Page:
In 12 IPMN cases, among 160 miRNA probes evaluated in both specimen types, only three had expression levels that were significantly positively correlated, supporting growing evidence from liquid biopsy research suggesting that genomic and transcriptomic signals can be distinct in the tissue and circulation of the same individual.

Though the initial signature was not able to distinguish between high- and low-risk IPMNs, the team was able, by going back to their primary data, to also identify a smaller panel of five miRNAs that did so with an AUC of 0.73.

"Certainly as a former clinician I wish the accuracy was better, but I think … this is good preliminary data to suggest we should go further and design some more rigorous studies that are larger in scale," Permuth-Wey said.

"We wanted this to be a proof of principle," she explained, "to basically show that we could detect miRNAs in the blood plasma of these patients with pancreatic cancer precursors using this new technology from Nanostring."

According to Permuth-Wey, the ultimate goal for the group is to create an assay to help guide more personalized clinical care for detected IMPNs.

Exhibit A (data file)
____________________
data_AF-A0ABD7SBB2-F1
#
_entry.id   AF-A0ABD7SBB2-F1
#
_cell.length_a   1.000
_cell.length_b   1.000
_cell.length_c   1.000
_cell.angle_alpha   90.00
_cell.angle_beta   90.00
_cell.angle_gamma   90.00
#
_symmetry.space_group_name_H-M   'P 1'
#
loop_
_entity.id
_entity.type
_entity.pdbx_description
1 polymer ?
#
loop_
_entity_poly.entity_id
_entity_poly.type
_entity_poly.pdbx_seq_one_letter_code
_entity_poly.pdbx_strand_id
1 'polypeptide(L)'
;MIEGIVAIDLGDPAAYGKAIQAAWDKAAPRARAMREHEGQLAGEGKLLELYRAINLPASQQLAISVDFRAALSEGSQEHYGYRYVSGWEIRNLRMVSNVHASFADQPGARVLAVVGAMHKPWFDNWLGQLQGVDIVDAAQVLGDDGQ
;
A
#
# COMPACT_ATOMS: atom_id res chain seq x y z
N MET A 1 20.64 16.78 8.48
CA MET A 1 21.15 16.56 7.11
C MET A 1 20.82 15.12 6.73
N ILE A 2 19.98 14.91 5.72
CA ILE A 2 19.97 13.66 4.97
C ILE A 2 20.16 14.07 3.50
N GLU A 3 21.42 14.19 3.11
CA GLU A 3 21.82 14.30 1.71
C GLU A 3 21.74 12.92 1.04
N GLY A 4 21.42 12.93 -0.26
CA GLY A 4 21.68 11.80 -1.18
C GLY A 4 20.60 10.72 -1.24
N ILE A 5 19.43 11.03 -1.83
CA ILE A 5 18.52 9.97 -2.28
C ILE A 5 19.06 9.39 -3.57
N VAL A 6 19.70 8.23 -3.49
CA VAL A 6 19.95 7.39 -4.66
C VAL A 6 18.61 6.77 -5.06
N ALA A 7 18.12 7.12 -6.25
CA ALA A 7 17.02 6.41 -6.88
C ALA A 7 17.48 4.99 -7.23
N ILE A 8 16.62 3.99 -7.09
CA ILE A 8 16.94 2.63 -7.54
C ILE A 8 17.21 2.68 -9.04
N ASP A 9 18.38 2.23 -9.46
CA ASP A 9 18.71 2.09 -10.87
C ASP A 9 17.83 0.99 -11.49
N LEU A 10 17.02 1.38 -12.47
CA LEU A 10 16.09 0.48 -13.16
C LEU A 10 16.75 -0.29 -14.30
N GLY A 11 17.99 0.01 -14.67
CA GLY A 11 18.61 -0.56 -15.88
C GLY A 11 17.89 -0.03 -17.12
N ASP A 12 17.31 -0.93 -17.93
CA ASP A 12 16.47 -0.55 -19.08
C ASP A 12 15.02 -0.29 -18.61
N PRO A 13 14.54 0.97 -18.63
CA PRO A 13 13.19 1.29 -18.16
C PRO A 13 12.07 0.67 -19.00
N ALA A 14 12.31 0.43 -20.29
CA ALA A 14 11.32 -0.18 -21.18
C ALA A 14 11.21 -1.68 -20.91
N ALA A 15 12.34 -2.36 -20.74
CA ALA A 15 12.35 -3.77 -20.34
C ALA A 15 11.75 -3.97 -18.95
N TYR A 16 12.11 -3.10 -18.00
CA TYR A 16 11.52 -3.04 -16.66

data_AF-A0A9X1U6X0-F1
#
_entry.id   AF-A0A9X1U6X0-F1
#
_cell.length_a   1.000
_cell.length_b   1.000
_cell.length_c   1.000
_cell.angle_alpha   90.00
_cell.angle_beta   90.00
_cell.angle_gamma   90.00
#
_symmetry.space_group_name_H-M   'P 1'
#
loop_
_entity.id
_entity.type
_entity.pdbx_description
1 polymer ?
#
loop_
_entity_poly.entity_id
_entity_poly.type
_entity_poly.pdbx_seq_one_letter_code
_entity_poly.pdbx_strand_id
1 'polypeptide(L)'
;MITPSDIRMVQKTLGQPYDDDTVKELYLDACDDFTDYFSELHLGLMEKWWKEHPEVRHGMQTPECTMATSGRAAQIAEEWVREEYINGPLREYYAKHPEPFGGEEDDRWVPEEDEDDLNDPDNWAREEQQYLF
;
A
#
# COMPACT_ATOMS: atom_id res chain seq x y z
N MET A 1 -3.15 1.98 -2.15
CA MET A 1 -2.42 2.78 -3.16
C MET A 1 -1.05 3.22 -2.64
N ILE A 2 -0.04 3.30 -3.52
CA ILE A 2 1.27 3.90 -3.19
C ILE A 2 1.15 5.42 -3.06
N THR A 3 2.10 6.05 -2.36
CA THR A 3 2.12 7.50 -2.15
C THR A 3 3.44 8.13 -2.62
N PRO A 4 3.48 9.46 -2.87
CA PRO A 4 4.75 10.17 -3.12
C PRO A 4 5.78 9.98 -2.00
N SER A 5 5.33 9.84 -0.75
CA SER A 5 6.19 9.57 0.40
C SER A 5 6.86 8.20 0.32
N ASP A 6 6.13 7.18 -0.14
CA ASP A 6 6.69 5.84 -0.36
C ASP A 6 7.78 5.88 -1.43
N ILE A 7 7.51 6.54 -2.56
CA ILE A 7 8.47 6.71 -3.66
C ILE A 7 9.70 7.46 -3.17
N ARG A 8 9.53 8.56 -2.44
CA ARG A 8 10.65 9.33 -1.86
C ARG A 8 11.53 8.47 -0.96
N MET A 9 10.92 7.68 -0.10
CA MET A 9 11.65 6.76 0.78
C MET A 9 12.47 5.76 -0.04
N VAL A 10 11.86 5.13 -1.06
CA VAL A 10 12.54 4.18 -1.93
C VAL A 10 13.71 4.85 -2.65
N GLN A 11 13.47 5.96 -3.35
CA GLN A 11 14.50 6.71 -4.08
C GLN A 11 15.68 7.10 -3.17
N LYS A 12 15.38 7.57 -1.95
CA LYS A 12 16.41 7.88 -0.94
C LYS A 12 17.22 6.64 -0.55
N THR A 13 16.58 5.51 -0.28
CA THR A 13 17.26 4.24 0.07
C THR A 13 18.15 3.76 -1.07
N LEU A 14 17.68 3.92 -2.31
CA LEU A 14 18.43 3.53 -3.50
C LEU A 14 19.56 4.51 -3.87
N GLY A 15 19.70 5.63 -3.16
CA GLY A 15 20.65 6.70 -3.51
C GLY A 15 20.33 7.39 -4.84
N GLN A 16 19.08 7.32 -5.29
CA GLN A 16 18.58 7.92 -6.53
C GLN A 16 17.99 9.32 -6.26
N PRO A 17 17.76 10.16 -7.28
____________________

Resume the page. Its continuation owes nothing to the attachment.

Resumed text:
"We now know about these precursor lesions … which are radiologically detectable. But its kind of a double-edged sword in my opinion," she said. "It's great that you detect these precursors, but once you do its hard to distinguish between those that are low-grade, or low-risk, and those that are high-grade and that should be resected."

"In a perfect world we would have … for the medical team … a test they could order that would accompany the radiology findings, and increase accuracy to distinguish these groups … to add to the confidence in the decision for either surgery or watching over time," she said.

According to Permuth-Wey, the next major step for her team will be organizing a larger prospective validation of its miRNA signature.

The group recently received funding through the state ofFlorida, she said, for a multi-center study involving Moffitt as well as theUniversityofFloridaand theUniversityofMiamito validate the group's current findings in a prospective cohort of IPMN cases.

In this study, the partner institutions plan to recruit up to 100 cases over one year, Permuth-Wey said. Hopefully, they will also be able to extend the study to five years, and up to 500 cases, she added.

The researchers will continue to use the Nanostring platform for this continuing validation work.  "Its one of those technologies that is available in numerous labs, so that was one of the attractive things about the technology," Permuth-Wey said.

If the validation is successful, she and her team would then work to develop a clinical diagnostic assay.

The group has submitted a patent application for a miRNA assay for detection and management of pancreatic cancer precursors.

"We'd plan to get things incorporated into our CLIA lab here at our institution," she said.

Nanostring, which is developing its own diagnostics in other cancer areas including breast cancer and lymphoma, said that it has not discussed publicly any internal plans in the pancreatic cancer space.